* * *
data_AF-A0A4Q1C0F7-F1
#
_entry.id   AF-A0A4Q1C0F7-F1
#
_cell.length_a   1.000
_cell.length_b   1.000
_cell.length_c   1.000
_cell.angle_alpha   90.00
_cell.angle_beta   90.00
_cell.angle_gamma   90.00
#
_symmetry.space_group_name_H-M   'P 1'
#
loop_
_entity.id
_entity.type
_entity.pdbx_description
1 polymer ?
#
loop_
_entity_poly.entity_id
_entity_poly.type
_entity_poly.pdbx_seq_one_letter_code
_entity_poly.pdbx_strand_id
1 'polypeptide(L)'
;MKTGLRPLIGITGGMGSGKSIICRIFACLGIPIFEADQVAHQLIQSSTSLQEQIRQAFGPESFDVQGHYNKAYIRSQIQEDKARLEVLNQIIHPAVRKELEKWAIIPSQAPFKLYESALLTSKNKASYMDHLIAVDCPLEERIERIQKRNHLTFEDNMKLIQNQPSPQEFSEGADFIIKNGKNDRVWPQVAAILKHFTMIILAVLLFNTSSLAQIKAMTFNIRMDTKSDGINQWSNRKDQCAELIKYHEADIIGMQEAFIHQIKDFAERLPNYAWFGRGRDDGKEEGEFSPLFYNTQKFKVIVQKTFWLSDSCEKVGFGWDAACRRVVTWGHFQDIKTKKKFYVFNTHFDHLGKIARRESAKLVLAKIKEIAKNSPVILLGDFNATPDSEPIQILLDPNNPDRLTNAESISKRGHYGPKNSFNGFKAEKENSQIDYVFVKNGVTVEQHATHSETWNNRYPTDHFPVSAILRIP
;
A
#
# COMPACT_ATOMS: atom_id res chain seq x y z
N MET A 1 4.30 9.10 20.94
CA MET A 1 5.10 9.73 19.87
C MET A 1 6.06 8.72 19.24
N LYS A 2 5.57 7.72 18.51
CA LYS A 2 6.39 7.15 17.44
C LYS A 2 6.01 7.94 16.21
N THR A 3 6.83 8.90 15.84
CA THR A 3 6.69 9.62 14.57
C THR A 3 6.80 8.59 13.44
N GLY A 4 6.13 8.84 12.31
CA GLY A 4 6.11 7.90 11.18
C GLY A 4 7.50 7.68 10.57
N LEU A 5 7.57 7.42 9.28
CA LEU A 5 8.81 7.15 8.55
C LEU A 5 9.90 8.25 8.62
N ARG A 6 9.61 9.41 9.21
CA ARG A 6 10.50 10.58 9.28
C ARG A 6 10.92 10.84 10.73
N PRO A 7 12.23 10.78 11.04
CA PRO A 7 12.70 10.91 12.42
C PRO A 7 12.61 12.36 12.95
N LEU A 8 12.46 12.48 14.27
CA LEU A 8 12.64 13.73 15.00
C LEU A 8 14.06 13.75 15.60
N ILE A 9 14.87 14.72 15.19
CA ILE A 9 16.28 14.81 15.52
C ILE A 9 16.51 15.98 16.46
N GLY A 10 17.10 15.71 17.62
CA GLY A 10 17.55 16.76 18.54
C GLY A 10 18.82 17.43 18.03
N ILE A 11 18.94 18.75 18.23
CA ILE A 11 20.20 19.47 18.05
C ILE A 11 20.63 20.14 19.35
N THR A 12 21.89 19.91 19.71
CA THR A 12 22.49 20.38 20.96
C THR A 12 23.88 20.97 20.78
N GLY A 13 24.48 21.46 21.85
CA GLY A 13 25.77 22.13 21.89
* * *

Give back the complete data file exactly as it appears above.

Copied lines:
data_AF-A0A4Q1C0F7-F1
#
_entry.id   AF-A0A4Q1C0F7-F1
#
_cell.length_a   1.000
_cell.length_b   1.000
_cell.length_c   1.000
_cell.angle_alpha   90.00
_cell.angle_beta   90.00
_cell.angle_gamma   90.00
#
_symmetry.space_group_name_H-M   'P 1'
#
loop_
_entity.id
_entity.type
_entity.pdbx_description
1 polymer ?
#
loop_
_entity_poly.entity_id
_entity_poly.type
_entity_poly.pdbx_seq_one_letter_code
_entity_poly.pdbx_strand_id
1 'polypeptide(L)'
;MKTGLRPLIGITGGMGSGKSIICRIFACLGIPIFEADQVAHQLIQSSTSLQEQIRQAFGPESFDVQGHYNKAYIRSQIQEDKARLEVLNQIIHPAVRKELEKWAIIPSQAPFKLYESALLTSKNKASYMDHLIAVDCPLEERIERIQKRNHLTFEDNMKLIQNQPSPQEFSEGADFIIKNGKNDRVWPQVAAILKHFTMIILAVLLFNTSSLAQIKAMTFNIRMDTKSDGINQWSNRKDQCAELIKYHEADIIGMQEAFIHQIKDFAERLPNYAWFGRGRDDGKEEGEFSPLFYNTQKFKVIVQKTFWLSDSCEKVGFGWDAACRRVVTWGHFQDIKTKKKFYVFNTHFDHLGKIARRESAKLVLAKIKEIAKNSPVILLGDFNATPDSEPIQILLDPNNPDRLTNAESISKRGHYGPKNSFNGFKAEKENSQIDYVFVKNGVTVEQHATHSETWNNRYPTDHFPVSAILRIP
;
A
#
# COMPACT_ATOMS: atom_id res chain seq x y z
N MET A 1 4.30 9.10 20.94
CA MET A 1 5.10 9.73 19.87
C MET A 1 6.06 8.72 19.24
N LYS A 2 5.57 7.72 18.51
CA LYS A 2 6.39 7.15 17.44
C LYS A 2 6.01 7.94 16.21
N THR A 3 6.83 8.90 15.84
CA THR A 3 6.69 9.62 14.57
C THR A 3 6.80 8.59 13.44
N GLY A 4 6.13 8.84 12.31
CA GLY A 4 6.11 7.90 11.18
C GLY A 4 7.50 7.68 10.57
N LEU A 5 7.57 7.42 9.28
CA LEU A 5 8.81 7.15 8.55
C LEU A 5 9.90 8.25 8.62
N ARG A 6 9.61 9.41 9.21
CA ARG A 6 10.50 10.58 9.28
C ARG A 6 10.92 10.84 10.73
N PRO A 7 12.23 10.78 11.04
CA PRO A 7 12.70 10.91 12.42
C PRO A 7 12.61 12.36 12.95
N LEU A 8 12.46 12.48 14.27
CA LEU A 8 12.64 13.73 15.00
C LEU A 8 14.06 13.75 15.60
N ILE A 9 14.87 14.72 15.19
CA ILE A 9 16.28 14.81 15.52
C ILE A 9 16.51 15.98 16.46
N GLY A 10 17.10 15.71 17.62
CA GLY A 10 17.55 16.76 18.54
C GLY A 10 18.82 17.43 18.03
N ILE A 11 18.94 18.75 18.23
CA ILE A 11 20.20 19.47 18.05
C ILE A 11 20.63 20.14 19.35
N THR A 12 21.89 19.91 19.71
CA THR A 12 22.49 20.38 20.96
C THR A 12 23.88 20.97 20.78
N GLY A 13 24.48 21.46 21.85
CA GLY A 13 25.77 22.13 21.89